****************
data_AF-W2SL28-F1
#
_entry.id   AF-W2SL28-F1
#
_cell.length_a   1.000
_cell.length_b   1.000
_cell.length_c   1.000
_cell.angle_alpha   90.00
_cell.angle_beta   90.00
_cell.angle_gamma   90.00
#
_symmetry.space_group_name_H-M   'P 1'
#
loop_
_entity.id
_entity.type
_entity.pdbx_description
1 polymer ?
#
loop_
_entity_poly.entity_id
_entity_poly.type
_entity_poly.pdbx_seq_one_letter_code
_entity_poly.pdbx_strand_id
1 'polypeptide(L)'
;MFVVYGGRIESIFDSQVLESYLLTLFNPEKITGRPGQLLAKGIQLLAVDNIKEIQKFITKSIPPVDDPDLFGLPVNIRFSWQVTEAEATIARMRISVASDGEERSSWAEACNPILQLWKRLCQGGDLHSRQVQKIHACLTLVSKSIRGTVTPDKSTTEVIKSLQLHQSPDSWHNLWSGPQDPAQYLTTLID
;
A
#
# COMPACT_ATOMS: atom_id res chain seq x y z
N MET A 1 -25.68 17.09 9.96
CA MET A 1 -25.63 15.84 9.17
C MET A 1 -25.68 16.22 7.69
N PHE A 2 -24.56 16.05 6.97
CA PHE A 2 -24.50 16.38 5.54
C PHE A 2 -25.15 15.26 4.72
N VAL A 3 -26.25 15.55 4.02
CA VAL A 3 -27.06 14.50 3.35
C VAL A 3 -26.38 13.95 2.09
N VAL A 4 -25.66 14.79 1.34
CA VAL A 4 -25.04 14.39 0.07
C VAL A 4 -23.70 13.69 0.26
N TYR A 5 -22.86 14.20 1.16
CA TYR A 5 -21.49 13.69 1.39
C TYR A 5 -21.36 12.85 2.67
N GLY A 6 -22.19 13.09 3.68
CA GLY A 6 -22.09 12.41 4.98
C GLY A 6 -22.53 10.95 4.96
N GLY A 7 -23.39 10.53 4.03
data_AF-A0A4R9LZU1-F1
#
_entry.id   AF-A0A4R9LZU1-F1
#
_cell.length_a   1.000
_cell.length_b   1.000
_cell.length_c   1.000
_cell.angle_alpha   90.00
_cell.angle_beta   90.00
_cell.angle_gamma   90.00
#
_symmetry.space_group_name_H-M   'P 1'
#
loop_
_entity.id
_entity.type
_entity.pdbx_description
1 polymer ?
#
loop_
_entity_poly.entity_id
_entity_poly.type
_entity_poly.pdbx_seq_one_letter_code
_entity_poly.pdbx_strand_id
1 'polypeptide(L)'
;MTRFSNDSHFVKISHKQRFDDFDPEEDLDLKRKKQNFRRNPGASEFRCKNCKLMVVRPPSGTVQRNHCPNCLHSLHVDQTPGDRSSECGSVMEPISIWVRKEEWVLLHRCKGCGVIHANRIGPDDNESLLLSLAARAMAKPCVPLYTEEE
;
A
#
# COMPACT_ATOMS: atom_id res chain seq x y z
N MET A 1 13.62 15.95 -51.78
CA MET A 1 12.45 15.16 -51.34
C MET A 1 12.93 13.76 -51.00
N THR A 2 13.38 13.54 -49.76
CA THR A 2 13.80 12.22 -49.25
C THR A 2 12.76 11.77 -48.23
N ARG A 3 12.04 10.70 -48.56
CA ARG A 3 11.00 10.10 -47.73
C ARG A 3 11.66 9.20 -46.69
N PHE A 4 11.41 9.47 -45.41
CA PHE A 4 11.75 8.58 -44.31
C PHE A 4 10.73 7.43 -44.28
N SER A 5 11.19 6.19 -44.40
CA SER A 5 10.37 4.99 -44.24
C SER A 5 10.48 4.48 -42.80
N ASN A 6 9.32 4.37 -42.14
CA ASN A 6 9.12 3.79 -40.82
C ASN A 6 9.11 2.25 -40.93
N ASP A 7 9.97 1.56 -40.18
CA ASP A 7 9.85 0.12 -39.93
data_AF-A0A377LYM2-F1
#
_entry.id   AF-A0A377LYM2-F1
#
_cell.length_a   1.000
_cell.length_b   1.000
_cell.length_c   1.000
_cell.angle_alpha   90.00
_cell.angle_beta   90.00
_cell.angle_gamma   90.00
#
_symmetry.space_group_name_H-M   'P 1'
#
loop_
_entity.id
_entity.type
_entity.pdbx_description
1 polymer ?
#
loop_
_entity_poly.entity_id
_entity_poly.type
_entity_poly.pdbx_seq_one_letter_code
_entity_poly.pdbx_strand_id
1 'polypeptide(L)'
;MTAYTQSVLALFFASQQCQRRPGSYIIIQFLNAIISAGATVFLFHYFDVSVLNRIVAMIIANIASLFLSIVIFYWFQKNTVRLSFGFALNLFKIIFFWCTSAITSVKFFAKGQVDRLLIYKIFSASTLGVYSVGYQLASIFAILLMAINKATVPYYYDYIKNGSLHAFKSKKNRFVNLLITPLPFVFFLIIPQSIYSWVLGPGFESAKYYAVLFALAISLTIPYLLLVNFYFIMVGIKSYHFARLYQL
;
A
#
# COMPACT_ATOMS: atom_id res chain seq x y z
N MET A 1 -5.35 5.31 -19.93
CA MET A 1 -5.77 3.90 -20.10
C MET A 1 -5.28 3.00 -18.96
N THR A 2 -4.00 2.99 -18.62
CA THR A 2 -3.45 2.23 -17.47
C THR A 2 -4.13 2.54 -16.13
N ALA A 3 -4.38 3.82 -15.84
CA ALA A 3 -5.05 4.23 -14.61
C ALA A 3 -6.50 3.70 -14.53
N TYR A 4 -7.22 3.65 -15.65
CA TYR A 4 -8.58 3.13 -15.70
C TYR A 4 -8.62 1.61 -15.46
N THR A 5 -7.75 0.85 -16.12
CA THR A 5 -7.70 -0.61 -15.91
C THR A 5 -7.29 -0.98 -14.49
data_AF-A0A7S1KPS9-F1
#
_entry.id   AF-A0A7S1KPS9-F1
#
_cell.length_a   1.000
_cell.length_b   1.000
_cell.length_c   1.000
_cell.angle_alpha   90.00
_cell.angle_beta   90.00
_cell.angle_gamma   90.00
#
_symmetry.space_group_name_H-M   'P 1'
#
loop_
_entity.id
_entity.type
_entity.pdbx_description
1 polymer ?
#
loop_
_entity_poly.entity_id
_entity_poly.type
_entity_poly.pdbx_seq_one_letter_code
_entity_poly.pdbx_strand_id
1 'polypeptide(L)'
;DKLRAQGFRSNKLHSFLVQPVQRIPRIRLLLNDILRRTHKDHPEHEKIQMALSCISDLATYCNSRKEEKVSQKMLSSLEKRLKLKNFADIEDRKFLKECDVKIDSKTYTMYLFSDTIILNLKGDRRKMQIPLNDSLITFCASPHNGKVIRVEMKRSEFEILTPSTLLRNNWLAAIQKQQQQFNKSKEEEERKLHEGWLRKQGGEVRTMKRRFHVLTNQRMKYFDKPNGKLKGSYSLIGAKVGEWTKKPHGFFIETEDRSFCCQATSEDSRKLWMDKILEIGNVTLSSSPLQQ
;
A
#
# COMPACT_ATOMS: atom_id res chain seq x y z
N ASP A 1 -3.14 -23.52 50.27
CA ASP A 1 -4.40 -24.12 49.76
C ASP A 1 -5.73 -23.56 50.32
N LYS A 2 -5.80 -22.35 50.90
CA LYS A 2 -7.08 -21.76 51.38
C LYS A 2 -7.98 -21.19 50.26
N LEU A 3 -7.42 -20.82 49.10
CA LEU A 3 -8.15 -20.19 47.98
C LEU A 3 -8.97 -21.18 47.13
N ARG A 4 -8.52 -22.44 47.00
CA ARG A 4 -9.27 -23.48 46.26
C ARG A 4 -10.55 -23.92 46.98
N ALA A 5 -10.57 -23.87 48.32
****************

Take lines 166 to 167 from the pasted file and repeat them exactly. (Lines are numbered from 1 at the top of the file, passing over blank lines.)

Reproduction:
_entity_poly.type
_entity_poly.pdbx_seq_one_letter_code